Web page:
- The Washington Times - Wednesday, April 1, 2020

(CORRECTION: This piece originally contained an erroneous reference about the Serbian president’s intentions. The reference has been removed. The Washington Times regrets the error.)

In Belgrade, Serbia, soldiers are out and about, patrolling with machine guns, seeking to stop anyone on the street who has dared violate a presidential declaration of emergency and nationwide lockdown — all due to the coronavirus outbreak.

This is drastic times 10.

But what’s most chilling is that it’s very nearly imaginable that the scenes from Serbia could kind of, almost, maybe and perhaps — under the right circumstances, with the right conditions and pressures — be Anystreet, America, modern-day coronavirus.

Schools have been ordered closed.



Citizens have been ordered to stay home.

Businesses are shuttered; police are arresting social distancing violators; churches have been closed.

Pastors are being arrested.

“Florida megachurch pastor arrested for holding crowded services Sunday,” Fox News reported.

The story went on to report how Rodney Howard-Browne, head of The River at Tampa Bay Church, insisted on holding services because, as he argued, if Walmart could remain open as an essential, then so could his church. Police didn’t see it that way; they arrested him for “unlawful assembly” ad “violation of [a] public health emergency order.”

Crazy times in America, yes?

Now consider Serbia.

“Soldiers patrol the streets with their fingers on machine gun triggers,” The Associated Press reported. “The army guards an exhibition center-turned-makeshift-hospital crowded with rows of metal beds for those infected with the coronavirus. And Serbia’s president warns residents that Belgrade’s graveyards won’t be big enough to bury the dead if people ignore his government’s lockdown orders.”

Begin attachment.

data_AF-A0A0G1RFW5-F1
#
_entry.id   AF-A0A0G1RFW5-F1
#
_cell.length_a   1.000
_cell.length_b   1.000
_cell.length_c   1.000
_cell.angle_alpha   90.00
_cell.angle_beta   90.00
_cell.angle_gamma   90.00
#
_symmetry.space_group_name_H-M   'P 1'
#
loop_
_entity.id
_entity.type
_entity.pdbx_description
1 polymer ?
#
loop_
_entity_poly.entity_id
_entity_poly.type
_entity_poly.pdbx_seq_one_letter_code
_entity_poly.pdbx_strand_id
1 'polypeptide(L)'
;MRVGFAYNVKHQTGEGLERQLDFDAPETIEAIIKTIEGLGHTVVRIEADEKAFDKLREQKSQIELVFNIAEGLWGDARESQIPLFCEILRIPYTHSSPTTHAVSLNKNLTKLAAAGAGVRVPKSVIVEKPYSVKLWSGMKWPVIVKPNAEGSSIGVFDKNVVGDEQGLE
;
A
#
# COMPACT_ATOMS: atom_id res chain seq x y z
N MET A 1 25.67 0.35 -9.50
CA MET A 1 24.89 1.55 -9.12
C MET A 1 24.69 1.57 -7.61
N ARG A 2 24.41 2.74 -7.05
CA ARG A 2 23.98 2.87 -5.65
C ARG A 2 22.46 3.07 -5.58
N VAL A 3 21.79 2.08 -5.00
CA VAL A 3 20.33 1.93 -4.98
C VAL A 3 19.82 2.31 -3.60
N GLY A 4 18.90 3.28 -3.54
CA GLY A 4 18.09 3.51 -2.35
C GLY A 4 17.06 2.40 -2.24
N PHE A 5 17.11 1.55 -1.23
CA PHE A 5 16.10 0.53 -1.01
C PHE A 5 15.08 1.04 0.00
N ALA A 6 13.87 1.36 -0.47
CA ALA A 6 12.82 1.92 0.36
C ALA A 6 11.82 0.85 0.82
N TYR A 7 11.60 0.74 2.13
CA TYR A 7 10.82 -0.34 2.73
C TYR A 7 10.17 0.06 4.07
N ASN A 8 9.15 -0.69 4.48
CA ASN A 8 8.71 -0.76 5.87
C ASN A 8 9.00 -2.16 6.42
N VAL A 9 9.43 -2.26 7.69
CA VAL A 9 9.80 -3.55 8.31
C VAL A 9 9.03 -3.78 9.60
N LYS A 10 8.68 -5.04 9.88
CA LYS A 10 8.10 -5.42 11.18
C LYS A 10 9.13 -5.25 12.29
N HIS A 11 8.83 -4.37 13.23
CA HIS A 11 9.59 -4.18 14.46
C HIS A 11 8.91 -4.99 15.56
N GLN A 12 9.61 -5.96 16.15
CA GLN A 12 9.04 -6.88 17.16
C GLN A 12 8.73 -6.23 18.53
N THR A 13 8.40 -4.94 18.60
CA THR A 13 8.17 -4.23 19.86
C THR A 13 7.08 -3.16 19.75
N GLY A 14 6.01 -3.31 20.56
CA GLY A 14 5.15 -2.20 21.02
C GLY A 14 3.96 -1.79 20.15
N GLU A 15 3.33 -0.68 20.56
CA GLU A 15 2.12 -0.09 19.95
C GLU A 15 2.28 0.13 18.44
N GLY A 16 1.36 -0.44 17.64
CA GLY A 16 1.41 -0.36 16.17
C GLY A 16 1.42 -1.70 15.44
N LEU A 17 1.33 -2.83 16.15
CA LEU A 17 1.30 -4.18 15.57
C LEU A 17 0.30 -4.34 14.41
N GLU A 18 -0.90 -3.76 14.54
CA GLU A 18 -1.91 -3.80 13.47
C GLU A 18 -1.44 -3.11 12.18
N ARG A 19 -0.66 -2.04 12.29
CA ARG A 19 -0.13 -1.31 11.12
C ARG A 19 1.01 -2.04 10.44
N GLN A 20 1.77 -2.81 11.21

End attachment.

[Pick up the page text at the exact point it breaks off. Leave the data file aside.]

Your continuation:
It’s tyranny that’s taken hold of Serbia, it seems. President Aleksander Vucic has been accused of using the coronavirus crisis to seize powers he’s not been properly granted.

“[He’s assumed] full supremacy” over the government, said Rodoljub Sabic, a former state commission for personal data protection, to AP.

“He issues orders which are automatically accepted by the government,” Mr. Sabic went on. “No checks and balances.”

No questioning of any constitutional rights of the individual; no concerns about the long-term stifling of freedoms.

And how’d MR. Vucic manage to seize that power? How’d he get by with suspending parliament?

By declaring a state of emergency.

By declaring the end — a coronavirus-free existence — justifies the crackdown means.

It’s not that President Donald Trump is going to stand at the White House podium and threaten to shoot U.S. citizens who disobey government-imposed curfews and quarantines and stay-at-home orders.

But Serbia can still be a teaching moment for America. Serbia can still show the chill of what happens in panic situations when government assumes full control.

America is not Serbia; Serbia is not America.

But government is government is government. There are always those in government who will seek to use crisis situations to personal advantage and to grow bureaucratic powers. And freedoms don’t always fall at the point of a gun. Sometimes, they crumble quietly, on the calls for greater goods, on the causes of national security — or even, perhaps, quite possibly, over the concerns of a coronavirus.

After all, who would ever have thought a pastor in America, in First Amendment free America, would be arrested for the crime of holding church service.

• Cheryl Chumley can be reached at cchumley@washingtontimes.com or on Twitter, @ckchumley. Listen to her podcast “Bold and Blunt” by clicking HERE. And never miss her column; subscribe to her newsletter by clicking HERE.

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